But troops complain that strict rules of engagement -- imposed to spare civilian casualties --  are slowing their advance into the town of Marjah in Helmand province, the focal point of the operation involving 15,000 troops.
 
"The problem is isolating where the enemy is," said Capt. Joshua Winfrey, a Marine company commander from Stillwater, Oklahoma. "We are not going to drop ordnance out in the open."
 
That's a marked change from the battle of Fallujah, Iraq, in November 2004. When Marines there encountered snipers holed up in a building, they routinely called in airstrikes. In Marjah, fighter jets are flying at low altitude in a show of force, but are not firing missiles.
 
Politically, it's not the best time to campaign for relaxing the rules in Afghanistan. On Sunday, two U.S. rockets struck a house and killed 12 Afghan civilians during the offensive in Marjah, NATO said. On Monday, a NATO airstrike accidentally killed five civilians and wounded two in neighboring Kandahar province.
 
It was public outrage in Afghanistan over civilian deaths that prompted the top NATO commander, U.S. Gen. Stanley McChrystal, last year to tighten the rules, including the use of airstrikes and other weaponry if civilians are at risk.
 
Afghan civilian deaths soared to 2,412 civilians last year _ the highest number in any year of the 8-year-old war, according to a U.N. report. But the deaths attributed to allied troops dropped nearly 30 percent as a result of McChrystal's new rules, according to the report.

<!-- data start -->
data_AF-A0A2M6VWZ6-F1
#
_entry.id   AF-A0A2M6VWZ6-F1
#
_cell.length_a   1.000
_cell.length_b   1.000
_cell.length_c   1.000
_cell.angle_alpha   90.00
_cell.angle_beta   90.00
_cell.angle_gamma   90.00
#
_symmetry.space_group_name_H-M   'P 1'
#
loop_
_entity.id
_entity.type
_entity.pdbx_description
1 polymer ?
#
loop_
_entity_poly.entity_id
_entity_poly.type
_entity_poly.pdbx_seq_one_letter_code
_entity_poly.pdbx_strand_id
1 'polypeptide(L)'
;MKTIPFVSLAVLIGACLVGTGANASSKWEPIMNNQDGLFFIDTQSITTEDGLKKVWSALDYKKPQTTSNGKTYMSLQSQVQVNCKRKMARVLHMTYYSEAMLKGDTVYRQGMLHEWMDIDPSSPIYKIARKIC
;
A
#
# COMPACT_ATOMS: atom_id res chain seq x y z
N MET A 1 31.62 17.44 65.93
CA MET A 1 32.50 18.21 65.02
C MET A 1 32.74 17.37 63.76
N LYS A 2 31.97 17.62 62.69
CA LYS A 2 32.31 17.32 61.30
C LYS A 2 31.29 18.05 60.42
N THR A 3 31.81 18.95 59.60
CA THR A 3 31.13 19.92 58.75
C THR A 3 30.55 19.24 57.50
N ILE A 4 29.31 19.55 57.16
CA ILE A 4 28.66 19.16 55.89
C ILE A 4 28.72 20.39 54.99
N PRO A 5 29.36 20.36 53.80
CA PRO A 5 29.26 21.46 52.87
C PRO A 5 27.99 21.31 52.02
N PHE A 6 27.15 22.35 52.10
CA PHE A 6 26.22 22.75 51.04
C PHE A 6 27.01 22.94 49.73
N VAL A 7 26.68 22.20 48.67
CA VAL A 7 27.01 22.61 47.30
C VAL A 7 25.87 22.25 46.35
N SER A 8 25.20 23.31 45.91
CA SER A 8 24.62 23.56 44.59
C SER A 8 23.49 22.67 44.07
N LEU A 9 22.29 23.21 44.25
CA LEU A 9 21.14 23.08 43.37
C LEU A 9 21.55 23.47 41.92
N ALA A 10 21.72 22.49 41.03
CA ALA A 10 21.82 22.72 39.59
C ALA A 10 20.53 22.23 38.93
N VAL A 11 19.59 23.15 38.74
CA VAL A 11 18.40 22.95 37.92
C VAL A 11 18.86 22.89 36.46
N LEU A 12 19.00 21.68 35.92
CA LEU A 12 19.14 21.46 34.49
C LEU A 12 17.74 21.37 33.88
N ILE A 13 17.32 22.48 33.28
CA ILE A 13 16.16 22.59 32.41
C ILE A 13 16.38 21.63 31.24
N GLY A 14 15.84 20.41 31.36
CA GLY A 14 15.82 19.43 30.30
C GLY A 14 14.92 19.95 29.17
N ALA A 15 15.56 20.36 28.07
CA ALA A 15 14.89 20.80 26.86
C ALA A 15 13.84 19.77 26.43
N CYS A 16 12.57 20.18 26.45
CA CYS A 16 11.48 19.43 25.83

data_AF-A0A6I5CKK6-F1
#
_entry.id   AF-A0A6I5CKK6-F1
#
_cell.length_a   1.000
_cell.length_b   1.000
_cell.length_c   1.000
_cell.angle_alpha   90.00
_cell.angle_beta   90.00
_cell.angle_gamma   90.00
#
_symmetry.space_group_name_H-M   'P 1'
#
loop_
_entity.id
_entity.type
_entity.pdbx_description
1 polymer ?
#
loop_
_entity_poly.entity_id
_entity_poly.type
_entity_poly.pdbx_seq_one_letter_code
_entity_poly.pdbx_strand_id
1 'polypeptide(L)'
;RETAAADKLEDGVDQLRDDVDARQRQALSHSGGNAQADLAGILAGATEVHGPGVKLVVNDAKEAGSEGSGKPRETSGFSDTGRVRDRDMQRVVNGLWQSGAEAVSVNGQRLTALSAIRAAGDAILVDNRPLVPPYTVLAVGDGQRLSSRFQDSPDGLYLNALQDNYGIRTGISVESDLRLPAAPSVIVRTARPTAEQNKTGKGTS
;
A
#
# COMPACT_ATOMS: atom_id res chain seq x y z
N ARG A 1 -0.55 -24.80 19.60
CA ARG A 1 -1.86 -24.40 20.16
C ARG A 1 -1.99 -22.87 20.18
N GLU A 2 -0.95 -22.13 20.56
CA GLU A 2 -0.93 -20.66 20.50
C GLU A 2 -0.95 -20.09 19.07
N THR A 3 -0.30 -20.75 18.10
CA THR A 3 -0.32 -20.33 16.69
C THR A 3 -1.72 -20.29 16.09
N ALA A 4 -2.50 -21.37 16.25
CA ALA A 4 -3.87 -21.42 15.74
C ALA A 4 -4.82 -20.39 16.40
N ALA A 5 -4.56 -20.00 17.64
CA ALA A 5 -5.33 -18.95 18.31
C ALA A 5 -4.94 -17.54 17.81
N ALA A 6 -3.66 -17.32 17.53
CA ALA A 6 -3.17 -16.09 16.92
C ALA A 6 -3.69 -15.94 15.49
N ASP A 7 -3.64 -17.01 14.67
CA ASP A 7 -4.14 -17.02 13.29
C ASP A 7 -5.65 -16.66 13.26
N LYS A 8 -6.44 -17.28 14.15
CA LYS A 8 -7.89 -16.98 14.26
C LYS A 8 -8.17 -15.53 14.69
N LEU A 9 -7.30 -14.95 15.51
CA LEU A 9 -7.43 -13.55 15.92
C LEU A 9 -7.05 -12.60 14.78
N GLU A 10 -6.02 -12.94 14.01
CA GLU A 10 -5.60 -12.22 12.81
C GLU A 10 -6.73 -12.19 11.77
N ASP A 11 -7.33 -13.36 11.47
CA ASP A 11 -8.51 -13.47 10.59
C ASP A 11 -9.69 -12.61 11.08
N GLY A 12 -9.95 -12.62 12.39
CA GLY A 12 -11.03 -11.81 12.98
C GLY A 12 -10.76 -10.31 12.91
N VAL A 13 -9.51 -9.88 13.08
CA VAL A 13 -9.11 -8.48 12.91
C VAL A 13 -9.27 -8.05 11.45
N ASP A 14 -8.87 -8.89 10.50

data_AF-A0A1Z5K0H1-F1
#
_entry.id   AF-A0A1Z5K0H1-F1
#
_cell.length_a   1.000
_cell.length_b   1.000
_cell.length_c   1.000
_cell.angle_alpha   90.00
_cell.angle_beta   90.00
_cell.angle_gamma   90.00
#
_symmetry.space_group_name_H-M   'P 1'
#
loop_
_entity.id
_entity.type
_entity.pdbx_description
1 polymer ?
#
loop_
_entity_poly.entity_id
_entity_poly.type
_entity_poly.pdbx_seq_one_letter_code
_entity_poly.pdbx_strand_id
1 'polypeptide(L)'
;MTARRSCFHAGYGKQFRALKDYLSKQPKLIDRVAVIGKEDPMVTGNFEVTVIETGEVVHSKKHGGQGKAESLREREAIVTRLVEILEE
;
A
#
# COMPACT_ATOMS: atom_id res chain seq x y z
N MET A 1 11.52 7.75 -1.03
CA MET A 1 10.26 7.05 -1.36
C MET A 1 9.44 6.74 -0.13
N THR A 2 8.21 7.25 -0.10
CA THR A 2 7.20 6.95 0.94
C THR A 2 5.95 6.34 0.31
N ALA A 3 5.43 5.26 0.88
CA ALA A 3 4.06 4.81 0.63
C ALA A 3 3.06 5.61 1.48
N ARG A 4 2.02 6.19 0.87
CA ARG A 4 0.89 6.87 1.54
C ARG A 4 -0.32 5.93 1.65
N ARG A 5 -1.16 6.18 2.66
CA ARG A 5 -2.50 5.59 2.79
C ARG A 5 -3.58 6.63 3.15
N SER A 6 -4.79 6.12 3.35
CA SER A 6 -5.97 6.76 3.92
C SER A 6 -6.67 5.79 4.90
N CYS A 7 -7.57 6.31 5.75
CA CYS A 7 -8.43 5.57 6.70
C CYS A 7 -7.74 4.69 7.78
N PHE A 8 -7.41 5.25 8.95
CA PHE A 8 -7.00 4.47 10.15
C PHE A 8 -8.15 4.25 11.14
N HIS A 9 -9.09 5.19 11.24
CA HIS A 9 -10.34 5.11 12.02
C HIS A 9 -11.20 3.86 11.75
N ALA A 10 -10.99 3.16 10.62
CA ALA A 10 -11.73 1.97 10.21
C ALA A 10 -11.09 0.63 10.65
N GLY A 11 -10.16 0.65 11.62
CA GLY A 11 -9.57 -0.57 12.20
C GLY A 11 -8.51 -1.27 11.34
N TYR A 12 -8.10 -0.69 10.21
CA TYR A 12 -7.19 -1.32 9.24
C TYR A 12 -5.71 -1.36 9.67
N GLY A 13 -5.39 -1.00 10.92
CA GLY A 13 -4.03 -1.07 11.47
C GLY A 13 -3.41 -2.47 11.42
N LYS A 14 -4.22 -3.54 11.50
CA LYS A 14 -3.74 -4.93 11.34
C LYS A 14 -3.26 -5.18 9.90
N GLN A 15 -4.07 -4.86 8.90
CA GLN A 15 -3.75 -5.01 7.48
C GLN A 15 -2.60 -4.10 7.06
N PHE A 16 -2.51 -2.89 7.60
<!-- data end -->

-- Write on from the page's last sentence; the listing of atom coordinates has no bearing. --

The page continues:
Under the current rules of engagement, troops retain the right to use lethal force in self defense, said U.S. Col. Wayne Shanks, a spokesman for the international force.
 
The rules seek to put the troops in the "right frame of mind to exercise that right," Shanks said. They require troops to ask a few fundamental questions:
 
-- Even if someone has shot in my general direction, am I still in danger?
 
-- Will I make more enemies than I'll kill by destroying property, or harming innocent civilians?
 
-- What are my other options to resolve this without escalating the violence?
 
On Monday, Marines in the northern part of Marjah followed the rules of engagement, but a civilian still ended up dead.